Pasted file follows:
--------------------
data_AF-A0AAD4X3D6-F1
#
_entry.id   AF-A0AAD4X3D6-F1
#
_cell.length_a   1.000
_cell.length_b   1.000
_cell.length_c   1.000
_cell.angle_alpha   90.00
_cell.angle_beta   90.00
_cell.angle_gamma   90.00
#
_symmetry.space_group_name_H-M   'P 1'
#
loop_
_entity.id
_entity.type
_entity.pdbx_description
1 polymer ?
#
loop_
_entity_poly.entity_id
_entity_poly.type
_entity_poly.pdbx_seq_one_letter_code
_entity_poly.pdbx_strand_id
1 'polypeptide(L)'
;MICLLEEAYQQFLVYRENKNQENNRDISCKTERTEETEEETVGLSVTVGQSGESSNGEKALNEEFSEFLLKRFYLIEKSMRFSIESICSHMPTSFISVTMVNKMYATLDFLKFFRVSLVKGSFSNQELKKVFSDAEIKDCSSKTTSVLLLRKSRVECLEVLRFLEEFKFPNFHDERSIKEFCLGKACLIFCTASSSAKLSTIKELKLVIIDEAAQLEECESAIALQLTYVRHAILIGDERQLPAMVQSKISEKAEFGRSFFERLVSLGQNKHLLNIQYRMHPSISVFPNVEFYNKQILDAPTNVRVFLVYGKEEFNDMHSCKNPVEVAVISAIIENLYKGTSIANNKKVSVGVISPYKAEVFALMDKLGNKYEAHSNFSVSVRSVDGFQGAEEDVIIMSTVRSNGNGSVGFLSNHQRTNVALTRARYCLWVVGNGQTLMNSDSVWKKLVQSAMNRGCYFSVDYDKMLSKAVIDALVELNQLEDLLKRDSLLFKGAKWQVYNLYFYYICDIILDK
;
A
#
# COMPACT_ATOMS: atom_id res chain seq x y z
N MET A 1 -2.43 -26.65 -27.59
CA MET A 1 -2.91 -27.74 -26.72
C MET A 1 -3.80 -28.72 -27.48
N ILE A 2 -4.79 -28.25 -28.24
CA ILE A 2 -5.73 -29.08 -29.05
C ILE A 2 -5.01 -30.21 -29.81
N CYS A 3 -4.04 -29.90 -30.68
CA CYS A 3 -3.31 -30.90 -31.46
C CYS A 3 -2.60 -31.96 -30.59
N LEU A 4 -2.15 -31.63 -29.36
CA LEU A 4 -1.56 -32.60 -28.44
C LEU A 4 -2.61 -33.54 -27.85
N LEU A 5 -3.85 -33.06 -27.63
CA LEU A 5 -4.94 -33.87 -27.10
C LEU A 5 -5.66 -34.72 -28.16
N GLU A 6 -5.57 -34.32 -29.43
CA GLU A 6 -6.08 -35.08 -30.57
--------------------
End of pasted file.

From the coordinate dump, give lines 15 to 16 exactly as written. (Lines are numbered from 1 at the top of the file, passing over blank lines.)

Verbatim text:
_entity.id
_entity.type